This, however, does not necessarily mean that the images will come from different cameras and lenses looking the same, even if their speed, f-number, and ISO settings and field of view of their lenses are the same. Typically, small-format cameras will have greater depth of field and some combination of less resolution, more pixel noise (or noise reduction artifacts) and less dynamic range - the ability to show detail in both the brightest and darkest parts of an image - than the larger-format cameras. The depth of field difference is the result of the combination of shorter focal length, smaller image size, and greater magnification to achieve the final as-viewed image. Some of the resolution degradation is also the result of the smaller image size because diffraction effects will have relatively a more deleterious effect on small images. The reduced dynamic range and greater pixel noise is partly the result of smaller active areas of the pixels, which in turn means fewer individual photons landing on each individual pixel. This results in relatively more noise because of greater statistical variations in the numbers of photons hitting neighboring pixels compared to the average. A smaller signal from each pixel also necessitates greater amplification from the smaller pixels, generating more noise. The better overall image quality and higher ISO capability for printable images is one reason that full-frame cameras are so popular despite their higher price. In my opinion, the difference between full-frame and APS-C sized imagers might be noticeable but isn't really that much for the same-vintage equipment, certainly less than that between APS-C and compact "bridge" cameras.
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Old 3 Weeks Ago   #3
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Default Re: F stop question

`


Quote:
Originally Posted by mike C View Post
...... question has popped up in my head. For example
a shot is made at 150th sec at F32. If I were to try to
duplicate that in my EM1 would my set up be 150th sec
at F16. I am thinking that if a 60mm lens on my EM1 is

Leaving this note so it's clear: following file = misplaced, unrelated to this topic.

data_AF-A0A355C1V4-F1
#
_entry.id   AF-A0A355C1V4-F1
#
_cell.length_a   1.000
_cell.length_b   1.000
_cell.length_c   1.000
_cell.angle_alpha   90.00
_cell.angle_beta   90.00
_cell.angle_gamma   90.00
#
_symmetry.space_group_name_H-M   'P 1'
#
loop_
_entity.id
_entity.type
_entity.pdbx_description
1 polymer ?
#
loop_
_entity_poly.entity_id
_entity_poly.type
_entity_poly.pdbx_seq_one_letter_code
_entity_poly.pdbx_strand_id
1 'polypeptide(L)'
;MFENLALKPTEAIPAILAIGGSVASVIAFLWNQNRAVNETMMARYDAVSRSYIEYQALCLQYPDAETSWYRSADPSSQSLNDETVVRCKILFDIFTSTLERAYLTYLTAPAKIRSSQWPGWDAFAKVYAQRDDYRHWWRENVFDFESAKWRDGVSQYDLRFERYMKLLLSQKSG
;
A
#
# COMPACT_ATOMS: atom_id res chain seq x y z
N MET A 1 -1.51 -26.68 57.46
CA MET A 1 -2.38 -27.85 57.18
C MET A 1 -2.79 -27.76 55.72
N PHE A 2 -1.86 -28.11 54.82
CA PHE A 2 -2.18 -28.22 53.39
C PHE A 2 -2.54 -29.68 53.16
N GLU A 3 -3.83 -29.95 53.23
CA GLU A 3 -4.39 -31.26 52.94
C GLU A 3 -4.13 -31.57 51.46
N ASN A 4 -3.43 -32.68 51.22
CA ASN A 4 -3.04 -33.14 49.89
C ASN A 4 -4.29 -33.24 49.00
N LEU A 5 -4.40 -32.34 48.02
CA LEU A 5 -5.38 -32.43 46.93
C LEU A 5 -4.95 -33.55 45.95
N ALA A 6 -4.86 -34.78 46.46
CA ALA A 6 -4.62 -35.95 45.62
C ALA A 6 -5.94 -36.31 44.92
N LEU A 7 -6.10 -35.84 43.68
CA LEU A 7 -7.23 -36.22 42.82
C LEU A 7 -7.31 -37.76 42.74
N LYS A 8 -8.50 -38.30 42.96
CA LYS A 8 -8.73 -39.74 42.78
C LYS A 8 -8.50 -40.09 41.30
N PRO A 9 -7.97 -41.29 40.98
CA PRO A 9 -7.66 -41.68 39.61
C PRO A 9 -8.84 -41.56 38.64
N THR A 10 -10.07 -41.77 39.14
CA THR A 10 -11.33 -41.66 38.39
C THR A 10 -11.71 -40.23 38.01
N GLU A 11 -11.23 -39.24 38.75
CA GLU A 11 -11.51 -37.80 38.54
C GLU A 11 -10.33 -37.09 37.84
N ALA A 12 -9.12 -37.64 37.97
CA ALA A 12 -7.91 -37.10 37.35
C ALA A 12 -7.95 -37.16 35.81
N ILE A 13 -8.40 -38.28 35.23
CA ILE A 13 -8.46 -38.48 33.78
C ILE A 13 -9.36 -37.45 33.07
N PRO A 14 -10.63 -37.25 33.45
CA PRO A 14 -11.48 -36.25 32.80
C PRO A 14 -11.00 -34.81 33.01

equal in focal length to a 120mm would this thinking
apply to the F stop? .........
Things work, meaning the numbers scale down, just
the way you describe. And using f/16 to duplicate the
look of a FF f/32 image but scaled down to M43 you'll
need to adjust the exposure. So you lower the ISO by
2EV, which approximately improves the M43 format's
IQ to equal the IQ of the FF format [which is running
at an ISO that's 2EV faster].

So, it all works out more or less a zero sum game.


`
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Old 2 Weeks Ago   #4
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Default Re: F stop question

Scoundrel has a lot of the techie bits covered, but for the Olympus (and Panasonic, err, 4/3 format) everything is halved, or needs doubled to be in a FF equivalent, so if you are trying to duplicate a full frame 150mm f/32 image, you'd half both and end up at the Olympus 75mm at f/16... but of course the ratio (height/width) will be different because of the shape of the sensor...

Not sure why you'd shot at f/16 in the micro 4/3 world though, as diffraction can make the image appear softer... but that is a different topic.
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Old 2 Weeks Ago   #5
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Default Re: F stop question

Thanks everyone, it’s a lot clearer now.
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Old 2 Weeks Ago   #6
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Default Re: F stop question

Quote:
Originally Posted by Mr. Pickles View Post